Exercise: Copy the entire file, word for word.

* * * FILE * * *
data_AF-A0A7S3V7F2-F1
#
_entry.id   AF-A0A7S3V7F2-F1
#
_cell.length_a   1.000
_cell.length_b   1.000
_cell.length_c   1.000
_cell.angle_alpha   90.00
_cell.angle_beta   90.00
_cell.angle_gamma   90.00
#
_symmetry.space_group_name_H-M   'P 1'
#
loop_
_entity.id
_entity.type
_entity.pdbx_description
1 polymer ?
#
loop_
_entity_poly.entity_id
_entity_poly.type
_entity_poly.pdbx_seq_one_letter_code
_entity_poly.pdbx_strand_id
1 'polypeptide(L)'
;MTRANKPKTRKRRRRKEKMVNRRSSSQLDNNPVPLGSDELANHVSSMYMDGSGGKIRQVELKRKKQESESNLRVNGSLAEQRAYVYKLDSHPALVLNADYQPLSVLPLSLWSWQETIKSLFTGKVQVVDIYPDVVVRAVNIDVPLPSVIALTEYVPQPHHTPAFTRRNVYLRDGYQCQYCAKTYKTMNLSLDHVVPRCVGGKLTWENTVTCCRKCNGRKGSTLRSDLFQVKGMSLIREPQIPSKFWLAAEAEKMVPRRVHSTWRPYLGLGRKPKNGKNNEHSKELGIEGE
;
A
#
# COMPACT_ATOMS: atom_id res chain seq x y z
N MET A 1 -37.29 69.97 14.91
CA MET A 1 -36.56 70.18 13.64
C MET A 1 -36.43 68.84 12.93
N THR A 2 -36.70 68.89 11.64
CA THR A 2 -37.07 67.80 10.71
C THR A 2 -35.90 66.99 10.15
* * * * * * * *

data_AF-A0A7S3V7F2-F1
#
_entry.id   AF-A0A7S3V7F2-F1
#
_cell.length_a   1.000
_cell.length_b   1.000
_cell.length_c   1.000
_cell.angle_alpha   90.00
_cell.angle_beta   90.00
_cell.angle_gamma   90.00
#
_symmetry.space_group_name_H-M   'P 1'
#
loop_
_entity.id
_entity.type
_entity.pdbx_description
1 polymer ?
#
loop_
_entity_poly.entity_id
_entity_poly.type
_entity_poly.pdbx_seq_one_letter_code
_entity_poly.pdbx_strand_id
1 'polypeptide(L)'
;MTRANKPKTRKRRRRKEKMVNRRSSSQLDNNPVPLGSDELANHVSSMYMDGSGGKIRQVELKRKKQESESNLRVNGSLAEQRAYVYKLDSHPALVLNADYQPLSVLPLSLWSWQETIKSLFTGKVQVVDIYPDVVVRAVNIDVPLPSVIALTEYVPQPHHTPAFTRRNVYLRDGYQCQYCAKTYKTMNLSLDHVVPRCVGGKLTWENTVTCCRKCNGRKGSTLRSDLFQVKGMSLIREPQIPSKFWLAAEAEKMVPRRVHSTWRPYLGLGRKPKNGKNNEHSKELGIEGE
;
A
#
# COMPACT_ATOMS: atom_id res chain seq x y z
N MET A 1 -37.29 69.97 14.91
CA MET A 1 -36.56 70.18 13.64
C MET A 1 -36.43 68.84 12.93
N THR A 2 -36.70 68.89 11.64
CA THR A 2 -37.07 67.80 10.71
C THR A 2 -35.90 66.99 10.15